A new study from the Williams Institute at UCLA has found that while new HIV diagnoses are generally declining among gay and bi men in the United States, only a small percentage of eligible people are actively taking pre-exposure prophylaxis (PrEP) to prevent HIV.
The report, issued earlier this month, found that only 4% of men who have sex with other men (MSM) across all age groups are on PrEP. Worse, researchers discovered that most MSM ages 18–25 aren’t getting regular HIV screenings—including a staggering 25% of younger MSM who’ve never been tested.
Phillip Hammack, a professor University of California, Santa Cruz and the study’s lead author, told the Los Angeles Blade that his team found “misinformation” and “a fair amount of sexual shame” were both to blame for MSM not pursuing PrEP as a preventative treatment: “’Well, I don’t want to be considered a PrEP whore’—that kind of language.”
There were some positive outcomes of the study, though: Researchers also found that black MSM were getting tested more regularly than white MSM. This suggests that campaigns to target HIV screenings and preventative healthcare toward gay and bi men of color—who are most at risk of being diagnosed with HIV over their lifetimes—have been successful.
Some HIV/AIDS activists believe that drug manufacturers’ patent on PrEP, known by its brand name Truvada in the U.S., is making the potentially life-saving drug inaccessible to some of the country’s most vulnerable populations. In July, activists from ACT UP and BreakThePatent.org joined forces to urge the FDA to break the patent on PrEP, effectively lowering its cost.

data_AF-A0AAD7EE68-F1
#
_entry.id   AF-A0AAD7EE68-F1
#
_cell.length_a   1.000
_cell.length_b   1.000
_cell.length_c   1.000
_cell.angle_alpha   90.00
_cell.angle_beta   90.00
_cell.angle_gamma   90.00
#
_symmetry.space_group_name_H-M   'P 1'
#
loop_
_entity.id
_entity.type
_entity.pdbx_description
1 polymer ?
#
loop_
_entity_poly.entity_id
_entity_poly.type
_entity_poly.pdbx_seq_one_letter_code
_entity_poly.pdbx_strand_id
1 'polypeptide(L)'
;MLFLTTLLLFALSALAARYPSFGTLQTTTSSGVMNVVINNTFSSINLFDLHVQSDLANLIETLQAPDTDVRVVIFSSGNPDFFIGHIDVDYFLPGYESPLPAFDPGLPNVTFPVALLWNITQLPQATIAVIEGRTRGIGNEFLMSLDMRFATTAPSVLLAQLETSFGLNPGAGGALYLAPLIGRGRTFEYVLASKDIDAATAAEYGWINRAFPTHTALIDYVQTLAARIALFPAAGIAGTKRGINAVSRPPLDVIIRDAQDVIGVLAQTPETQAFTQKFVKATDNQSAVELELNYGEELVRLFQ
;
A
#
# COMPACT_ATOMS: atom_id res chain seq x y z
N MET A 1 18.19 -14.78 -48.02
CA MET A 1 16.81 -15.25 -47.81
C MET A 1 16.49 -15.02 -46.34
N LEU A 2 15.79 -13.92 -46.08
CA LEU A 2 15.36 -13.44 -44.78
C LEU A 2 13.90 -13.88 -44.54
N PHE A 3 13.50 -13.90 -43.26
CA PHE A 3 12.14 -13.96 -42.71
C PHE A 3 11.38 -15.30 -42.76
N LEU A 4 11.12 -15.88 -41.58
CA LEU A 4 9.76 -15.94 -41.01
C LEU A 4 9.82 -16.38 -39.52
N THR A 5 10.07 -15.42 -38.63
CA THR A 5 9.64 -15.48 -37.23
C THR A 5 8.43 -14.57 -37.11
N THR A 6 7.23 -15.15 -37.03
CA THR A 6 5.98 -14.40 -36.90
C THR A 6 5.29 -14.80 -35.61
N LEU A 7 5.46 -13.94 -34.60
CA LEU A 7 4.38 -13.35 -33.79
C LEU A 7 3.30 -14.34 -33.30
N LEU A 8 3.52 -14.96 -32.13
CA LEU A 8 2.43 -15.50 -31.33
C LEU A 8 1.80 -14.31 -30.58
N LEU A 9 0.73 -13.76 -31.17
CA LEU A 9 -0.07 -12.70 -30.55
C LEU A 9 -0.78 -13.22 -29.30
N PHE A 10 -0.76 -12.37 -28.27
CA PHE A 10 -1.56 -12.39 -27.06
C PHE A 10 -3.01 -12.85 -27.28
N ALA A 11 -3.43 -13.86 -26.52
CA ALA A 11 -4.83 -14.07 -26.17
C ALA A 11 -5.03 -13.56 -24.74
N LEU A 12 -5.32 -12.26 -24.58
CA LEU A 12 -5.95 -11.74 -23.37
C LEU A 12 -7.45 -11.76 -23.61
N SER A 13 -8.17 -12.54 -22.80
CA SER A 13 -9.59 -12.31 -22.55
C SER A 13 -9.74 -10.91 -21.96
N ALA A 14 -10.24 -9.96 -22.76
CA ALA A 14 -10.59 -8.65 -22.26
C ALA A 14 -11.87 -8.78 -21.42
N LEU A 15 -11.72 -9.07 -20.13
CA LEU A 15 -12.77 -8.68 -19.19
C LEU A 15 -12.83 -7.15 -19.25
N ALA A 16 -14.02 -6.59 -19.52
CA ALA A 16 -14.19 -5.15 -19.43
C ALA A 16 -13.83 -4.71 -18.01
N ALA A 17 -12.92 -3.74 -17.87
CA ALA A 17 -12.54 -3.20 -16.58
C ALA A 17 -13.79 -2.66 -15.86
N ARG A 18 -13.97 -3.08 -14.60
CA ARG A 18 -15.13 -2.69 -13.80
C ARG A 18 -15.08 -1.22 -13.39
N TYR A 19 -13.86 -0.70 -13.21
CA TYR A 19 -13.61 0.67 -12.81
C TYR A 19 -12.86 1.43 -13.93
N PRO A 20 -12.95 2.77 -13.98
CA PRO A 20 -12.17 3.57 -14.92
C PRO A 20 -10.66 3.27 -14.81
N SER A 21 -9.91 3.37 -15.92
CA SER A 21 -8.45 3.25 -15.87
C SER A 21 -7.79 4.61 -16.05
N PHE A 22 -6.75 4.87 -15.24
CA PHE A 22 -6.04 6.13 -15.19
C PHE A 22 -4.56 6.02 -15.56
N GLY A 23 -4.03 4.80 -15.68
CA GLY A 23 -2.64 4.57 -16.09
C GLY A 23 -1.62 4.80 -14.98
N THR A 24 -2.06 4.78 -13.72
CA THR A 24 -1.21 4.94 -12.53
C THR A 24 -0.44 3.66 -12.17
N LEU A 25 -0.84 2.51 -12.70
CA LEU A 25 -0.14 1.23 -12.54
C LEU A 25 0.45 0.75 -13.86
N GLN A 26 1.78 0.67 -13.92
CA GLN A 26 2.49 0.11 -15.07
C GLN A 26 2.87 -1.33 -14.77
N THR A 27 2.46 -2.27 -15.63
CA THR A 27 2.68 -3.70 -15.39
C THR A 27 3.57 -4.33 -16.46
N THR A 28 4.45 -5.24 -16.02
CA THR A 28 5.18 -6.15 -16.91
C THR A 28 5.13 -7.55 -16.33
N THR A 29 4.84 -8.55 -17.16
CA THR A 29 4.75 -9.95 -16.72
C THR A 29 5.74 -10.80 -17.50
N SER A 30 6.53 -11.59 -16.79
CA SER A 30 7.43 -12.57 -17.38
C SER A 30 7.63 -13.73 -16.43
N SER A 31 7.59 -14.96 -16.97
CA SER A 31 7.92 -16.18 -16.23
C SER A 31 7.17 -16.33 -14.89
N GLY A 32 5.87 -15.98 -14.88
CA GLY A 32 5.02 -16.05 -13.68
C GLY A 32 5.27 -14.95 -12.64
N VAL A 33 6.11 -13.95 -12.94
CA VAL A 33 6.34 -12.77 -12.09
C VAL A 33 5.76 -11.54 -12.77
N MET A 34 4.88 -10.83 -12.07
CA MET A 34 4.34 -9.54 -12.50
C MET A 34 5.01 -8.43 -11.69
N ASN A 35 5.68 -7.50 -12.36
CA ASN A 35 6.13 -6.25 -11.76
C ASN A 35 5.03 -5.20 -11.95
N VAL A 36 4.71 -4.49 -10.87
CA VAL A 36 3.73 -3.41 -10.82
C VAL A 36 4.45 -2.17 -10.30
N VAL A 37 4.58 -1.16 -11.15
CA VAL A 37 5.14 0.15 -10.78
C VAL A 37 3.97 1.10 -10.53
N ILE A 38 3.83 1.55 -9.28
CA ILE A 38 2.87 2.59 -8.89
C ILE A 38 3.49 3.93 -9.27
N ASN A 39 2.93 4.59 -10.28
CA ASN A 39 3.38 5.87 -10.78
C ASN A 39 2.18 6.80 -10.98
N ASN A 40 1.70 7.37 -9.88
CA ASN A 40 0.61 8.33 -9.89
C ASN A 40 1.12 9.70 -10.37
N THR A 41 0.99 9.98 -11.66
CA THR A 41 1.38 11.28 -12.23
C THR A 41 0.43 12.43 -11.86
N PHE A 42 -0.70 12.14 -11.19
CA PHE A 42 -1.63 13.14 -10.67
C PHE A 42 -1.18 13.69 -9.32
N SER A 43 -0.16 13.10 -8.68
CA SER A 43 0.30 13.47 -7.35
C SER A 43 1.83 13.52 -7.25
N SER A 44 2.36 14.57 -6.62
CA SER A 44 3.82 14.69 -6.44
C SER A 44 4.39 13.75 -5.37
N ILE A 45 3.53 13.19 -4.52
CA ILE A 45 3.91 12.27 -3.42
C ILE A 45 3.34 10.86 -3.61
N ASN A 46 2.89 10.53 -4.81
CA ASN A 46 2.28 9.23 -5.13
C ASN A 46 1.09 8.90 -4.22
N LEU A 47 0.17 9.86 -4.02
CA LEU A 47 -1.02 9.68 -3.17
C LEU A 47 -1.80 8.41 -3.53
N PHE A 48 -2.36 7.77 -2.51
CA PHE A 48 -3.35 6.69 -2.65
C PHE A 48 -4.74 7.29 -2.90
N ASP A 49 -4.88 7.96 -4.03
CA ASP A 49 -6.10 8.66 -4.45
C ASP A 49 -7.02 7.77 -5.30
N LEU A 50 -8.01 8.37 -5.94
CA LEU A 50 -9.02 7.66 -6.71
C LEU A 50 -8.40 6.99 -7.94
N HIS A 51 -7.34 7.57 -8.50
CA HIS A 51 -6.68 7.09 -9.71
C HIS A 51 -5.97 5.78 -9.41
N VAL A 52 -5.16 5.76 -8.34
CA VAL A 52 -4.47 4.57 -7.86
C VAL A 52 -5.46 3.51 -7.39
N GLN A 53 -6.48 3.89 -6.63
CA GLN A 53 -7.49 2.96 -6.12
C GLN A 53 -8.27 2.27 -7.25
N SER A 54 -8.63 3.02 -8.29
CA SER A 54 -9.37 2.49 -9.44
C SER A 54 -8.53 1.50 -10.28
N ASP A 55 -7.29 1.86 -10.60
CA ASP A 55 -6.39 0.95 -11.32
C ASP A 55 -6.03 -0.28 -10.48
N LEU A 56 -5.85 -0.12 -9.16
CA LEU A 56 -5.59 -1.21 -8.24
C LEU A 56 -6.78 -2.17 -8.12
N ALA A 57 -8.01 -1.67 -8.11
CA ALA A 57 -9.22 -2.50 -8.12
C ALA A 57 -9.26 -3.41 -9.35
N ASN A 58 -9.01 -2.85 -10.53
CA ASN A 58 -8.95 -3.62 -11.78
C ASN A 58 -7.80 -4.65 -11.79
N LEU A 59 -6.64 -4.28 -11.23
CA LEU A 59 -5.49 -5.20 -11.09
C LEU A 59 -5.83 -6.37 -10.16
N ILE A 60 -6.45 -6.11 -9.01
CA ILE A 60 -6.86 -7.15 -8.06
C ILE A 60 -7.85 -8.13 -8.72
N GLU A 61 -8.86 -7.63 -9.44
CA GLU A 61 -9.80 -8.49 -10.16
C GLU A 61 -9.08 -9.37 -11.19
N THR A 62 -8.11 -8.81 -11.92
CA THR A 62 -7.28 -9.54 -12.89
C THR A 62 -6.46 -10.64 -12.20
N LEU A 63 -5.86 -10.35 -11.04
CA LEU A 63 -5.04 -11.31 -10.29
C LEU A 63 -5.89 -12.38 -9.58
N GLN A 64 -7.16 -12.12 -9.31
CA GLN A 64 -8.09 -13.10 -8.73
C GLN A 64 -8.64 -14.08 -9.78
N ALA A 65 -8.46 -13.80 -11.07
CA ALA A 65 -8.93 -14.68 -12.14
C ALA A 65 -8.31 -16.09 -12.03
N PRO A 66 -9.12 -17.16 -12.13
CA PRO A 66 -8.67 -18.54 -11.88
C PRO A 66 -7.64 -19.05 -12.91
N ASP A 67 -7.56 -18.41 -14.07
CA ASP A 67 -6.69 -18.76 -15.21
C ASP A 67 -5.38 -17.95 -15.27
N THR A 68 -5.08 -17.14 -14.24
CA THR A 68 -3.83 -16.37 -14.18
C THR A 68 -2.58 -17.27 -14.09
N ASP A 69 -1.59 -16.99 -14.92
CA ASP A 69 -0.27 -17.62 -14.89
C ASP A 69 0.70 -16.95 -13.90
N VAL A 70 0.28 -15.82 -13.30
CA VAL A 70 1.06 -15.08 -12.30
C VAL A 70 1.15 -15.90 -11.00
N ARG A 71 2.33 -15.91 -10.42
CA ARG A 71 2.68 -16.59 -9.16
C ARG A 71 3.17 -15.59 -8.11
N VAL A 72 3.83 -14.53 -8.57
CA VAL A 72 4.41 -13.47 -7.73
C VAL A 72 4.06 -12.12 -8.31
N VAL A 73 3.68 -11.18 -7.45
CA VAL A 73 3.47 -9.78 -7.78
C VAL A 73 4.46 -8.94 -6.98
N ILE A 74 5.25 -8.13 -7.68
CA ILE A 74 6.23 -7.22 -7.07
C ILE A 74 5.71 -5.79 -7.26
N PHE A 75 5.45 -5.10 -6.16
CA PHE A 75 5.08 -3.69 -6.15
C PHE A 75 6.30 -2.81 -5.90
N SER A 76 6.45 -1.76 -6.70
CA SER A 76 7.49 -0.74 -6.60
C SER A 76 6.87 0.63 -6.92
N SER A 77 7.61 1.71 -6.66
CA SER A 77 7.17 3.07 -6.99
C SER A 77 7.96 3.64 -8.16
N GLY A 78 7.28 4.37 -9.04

Without insurance, Truvada reportedly costs $1,600 for a 30-day supply, while the drug itself costs $6 to make per month.
However, healthcare experts assert that the drug is accessible to those who have Medicaid or private health insurance—especially since Gilead, its manufacturer, participates in programs like Patient Advocate Foundation Co-Pay Relief, which alleviate co-pay costs for low-income Americans.
While new HIV diagnoses in the U.S. are generally on the decline, barring certain populations and geographic pockets, STI prevalence among gay and bisexual men—including infections like drug-resistant gonorrhea—is actually on the rise nationwide.
Many have argued that the availability of PrEP (and the subsequent lessened fear of contracting HIV) has encouraged riskier sexual behavior among MSM, like not using condoms or not getting regular STI screenings. But Hammack also told Los Angeles Blade that this isn’t what he’s observed, at least not that simply: “Our data don’t support the idea that we can attribute the rise in STIs to PrEP use, at least not in a direct manner. I personally don’t think that’s what’s happening.”
Hammack added that a “culture shift about sex”—including easy hookups via dating apps and a decreased fear of contracting HIV—is a more likely link to the trends researchers are seeing: “More people are having sex today. We’re in sort of a quiet sexual revolution when it comes to new identities, new labels, and sexual behavior.”